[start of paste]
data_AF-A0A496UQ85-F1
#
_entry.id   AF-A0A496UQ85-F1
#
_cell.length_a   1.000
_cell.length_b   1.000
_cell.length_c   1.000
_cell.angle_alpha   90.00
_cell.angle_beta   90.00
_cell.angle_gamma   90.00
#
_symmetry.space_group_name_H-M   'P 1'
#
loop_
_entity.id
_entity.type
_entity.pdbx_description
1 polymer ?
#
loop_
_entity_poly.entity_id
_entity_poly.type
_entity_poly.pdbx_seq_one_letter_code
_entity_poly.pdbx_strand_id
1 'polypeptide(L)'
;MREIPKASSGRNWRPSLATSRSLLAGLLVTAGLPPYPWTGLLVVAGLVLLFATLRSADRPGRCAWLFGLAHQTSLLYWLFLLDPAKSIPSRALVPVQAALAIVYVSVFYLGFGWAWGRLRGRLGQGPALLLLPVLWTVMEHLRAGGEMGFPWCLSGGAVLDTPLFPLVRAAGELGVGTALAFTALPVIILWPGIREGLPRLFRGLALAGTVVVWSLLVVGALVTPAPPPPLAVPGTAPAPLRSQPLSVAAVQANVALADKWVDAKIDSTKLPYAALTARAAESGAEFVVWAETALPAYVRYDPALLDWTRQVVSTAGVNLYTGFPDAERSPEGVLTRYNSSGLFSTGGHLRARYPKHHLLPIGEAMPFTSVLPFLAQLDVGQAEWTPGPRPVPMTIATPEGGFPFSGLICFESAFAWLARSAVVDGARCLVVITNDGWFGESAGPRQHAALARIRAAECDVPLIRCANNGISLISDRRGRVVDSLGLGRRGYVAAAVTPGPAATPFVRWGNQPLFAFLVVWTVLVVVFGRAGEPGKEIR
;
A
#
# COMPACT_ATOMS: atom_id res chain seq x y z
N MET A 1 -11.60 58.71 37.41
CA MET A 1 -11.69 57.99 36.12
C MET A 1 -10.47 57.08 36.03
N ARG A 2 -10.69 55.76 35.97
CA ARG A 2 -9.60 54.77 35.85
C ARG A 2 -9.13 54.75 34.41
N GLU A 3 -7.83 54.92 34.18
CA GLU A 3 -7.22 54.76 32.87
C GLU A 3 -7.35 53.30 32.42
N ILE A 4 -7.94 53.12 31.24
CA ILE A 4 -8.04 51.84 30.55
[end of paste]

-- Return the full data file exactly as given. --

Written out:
data_AF-A0A496UQ85-F1
#
_entry.id   AF-A0A496UQ85-F1
#
_cell.length_a   1.000
_cell.length_b   1.000
_cell.length_c   1.000
_cell.angle_alpha   90.00
_cell.angle_beta   90.00
_cell.angle_gamma   90.00
#
_symmetry.space_group_name_H-M   'P 1'
#
loop_
_entity.id
_entity.type
_entity.pdbx_description
1 polymer ?
#
loop_
_entity_poly.entity_id
_entity_poly.type
_entity_poly.pdbx_seq_one_letter_code
_entity_poly.pdbx_strand_id
1 'polypeptide(L)'
;MREIPKASSGRNWRPSLATSRSLLAGLLVTAGLPPYPWTGLLVVAGLVLLFATLRSADRPGRCAWLFGLAHQTSLLYWLFLLDPAKSIPSRALVPVQAALAIVYVSVFYLGFGWAWGRLRGRLGQGPALLLLPVLWTVMEHLRAGGEMGFPWCLSGGAVLDTPLFPLVRAAGELGVGTALAFTALPVIILWPGIREGLPRLFRGLALAGTVVVWSLLVVGALVTPAPPPPLAVPGTAPAPLRSQPLSVAAVQANVALADKWVDAKIDSTKLPYAALTARAAESGAEFVVWAETALPAYVRYDPALLDWTRQVVSTAGVNLYTGFPDAERSPEGVLTRYNSSGLFSTGGHLRARYPKHHLLPIGEAMPFTSVLPFLAQLDVGQAEWTPGPRPVPMTIATPEGGFPFSGLICFESAFAWLARSAVVDGARCLVVITNDGWFGESAGPRQHAALARIRAAECDVPLIRCANNGISLISDRRGRVVDSLGLGRRGYVAAAVTPGPAATPFVRWGNQPLFAFLVVWTVLVVVFGRAGEPGKEIR
;
A
#
# COMPACT_ATOMS: atom_id res chain seq x y z
N MET A 1 -11.60 58.71 37.41
CA MET A 1 -11.69 57.99 36.12
C MET A 1 -10.47 57.08 36.03
N ARG A 2 -10.69 55.76 35.97
CA ARG A 2 -9.60 54.77 35.85
C ARG A 2 -9.13 54.75 34.41
N GLU A 3 -7.83 54.92 34.18
CA GLU A 3 -7.22 54.76 32.87
C GLU A 3 -7.35 53.30 32.42
N ILE A 4 -7.94 53.12 31.24
CA ILE A 4 -8.04 51.84 30.55